Buried at the bottom of Danielle Adair’s online selection of performances and works is a video titled Oh—Say Can You See (2003), which was done as a response to President Bush’s controversial “Mission Accomplished” banner and speech during the Iraq War. In it, the artist walks into a nondescript industrial setting with a stack of handwritten placards, each one containing a prepositional phrase from our country’s national anthem, such as “by the” and “what so.” In imitation of Bob Dylan’s well-known video for the song “Subterranean Homesick Blues,” Adair proceeds to peel away the placards one by one. There is no music in the video, just the whistle of wind as Adair throws the cards to the ground while puffing on a cigarette. Two random passersby exit the door behind her before the video is over.
Adair laughs at the video now and says it’s on her website for comic effect. It is one of the works that got her into the graduate fine arts program at Cal Arts in 2005, and as such, it serves as a significant marker on what some would see as an unconventional career path. As an undergraduate at the University of Chicago, Adair was majoring in Comparative Human Development, a unique interdisciplinary concentration that looks at multiple facets of human social life, before she stumbled upon a class in early video art, taught by artist Helen Mirra. The possibilities opened up by that class inspired her to complete a second major in Visual Arts, and to this day, Adair thinks of video as “the forum through which I think.”
After graduating, Adair taught English in the Czech Republic for one year and worked at an assisted living home for another. At some point, it occurred to her that she should pursue an advanced degree in art; in her words, she “kind of subconsciously knew that I was going to go into art.” She put together a portfolio that essentially consisted of a few videos and a few sculptures. The conceptually-oriented Cal Arts accepted her on the first go-round.
I asked Adair if she thought her practice was under-developed when she first entered Cal Arts. The question seemed to be a bit of a non-question for her: “It’s hard to think of it in those terms. The nature of my practice is always exploratory, trying out new things. So yes and no. It’s like, if you’re a writer, you go back to old notebooks or old assignments and you have this idea that you’ve since progressed in style, logic, quality of argument, etc. But when I go back into old journals from ten years ago, I think whoa, that sounds like me now, did I just write that yesterday? When I was studying psychology, I remember the grad students would always say, ‘Everything we experience in the first 20 years of life influences everything after. It’s all in those years.’”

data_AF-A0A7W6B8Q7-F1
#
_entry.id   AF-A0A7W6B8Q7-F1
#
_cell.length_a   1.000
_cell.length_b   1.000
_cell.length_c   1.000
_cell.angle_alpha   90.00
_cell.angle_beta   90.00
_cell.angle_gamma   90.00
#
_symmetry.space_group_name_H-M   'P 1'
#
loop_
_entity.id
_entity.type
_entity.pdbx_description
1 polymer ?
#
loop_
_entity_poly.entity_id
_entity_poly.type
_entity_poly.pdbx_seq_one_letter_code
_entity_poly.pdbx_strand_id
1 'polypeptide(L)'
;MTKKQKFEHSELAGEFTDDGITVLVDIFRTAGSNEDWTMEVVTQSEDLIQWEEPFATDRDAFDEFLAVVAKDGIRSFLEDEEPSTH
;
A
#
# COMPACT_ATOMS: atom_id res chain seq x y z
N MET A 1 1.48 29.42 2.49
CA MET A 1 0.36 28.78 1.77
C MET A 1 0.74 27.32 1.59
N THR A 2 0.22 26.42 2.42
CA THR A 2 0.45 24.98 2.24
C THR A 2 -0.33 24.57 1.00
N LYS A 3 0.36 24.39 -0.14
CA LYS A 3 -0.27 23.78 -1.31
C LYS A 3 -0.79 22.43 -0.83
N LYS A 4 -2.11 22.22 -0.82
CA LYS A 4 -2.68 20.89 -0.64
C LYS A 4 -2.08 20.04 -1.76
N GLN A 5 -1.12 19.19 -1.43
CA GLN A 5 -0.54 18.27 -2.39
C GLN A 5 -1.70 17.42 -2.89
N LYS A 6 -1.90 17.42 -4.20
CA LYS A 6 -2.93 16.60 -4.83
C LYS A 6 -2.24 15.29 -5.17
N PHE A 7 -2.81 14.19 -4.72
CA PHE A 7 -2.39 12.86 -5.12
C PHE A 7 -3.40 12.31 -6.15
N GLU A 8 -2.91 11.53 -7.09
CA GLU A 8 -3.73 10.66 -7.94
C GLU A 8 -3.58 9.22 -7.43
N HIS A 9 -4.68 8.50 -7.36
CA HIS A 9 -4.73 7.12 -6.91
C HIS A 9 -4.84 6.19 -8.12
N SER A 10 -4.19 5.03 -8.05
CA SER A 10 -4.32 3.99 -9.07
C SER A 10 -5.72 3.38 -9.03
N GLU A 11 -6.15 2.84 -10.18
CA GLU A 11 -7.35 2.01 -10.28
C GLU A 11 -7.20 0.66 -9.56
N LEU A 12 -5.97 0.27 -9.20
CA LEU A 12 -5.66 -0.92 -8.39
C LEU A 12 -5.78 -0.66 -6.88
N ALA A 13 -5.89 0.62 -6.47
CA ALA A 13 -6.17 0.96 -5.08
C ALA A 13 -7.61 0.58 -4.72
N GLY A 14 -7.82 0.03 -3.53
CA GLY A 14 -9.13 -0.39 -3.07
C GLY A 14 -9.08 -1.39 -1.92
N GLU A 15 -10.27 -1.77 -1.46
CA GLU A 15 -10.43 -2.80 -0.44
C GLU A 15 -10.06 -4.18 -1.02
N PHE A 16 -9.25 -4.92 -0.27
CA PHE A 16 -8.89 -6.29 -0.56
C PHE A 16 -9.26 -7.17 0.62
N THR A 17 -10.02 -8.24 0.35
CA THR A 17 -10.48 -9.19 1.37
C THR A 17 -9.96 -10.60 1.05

In other words, Adair was always already what she is now. In the early video, you can see the interrogation of language and the questioning of political mantras that still inform Adair’s work today. When I first met Adair back in December 2010, she was performing a cracked reading of Walter Kronkite’s 1968 Tet Offensive television editorial, inserting contemporary references into Kronkite’s impassioned diatribe. She was also coming off of an incredible project in which she successfully got Los Angeles–based literary publishing house Les Figues Press to propose her as an embedded journalist in Afghanistan.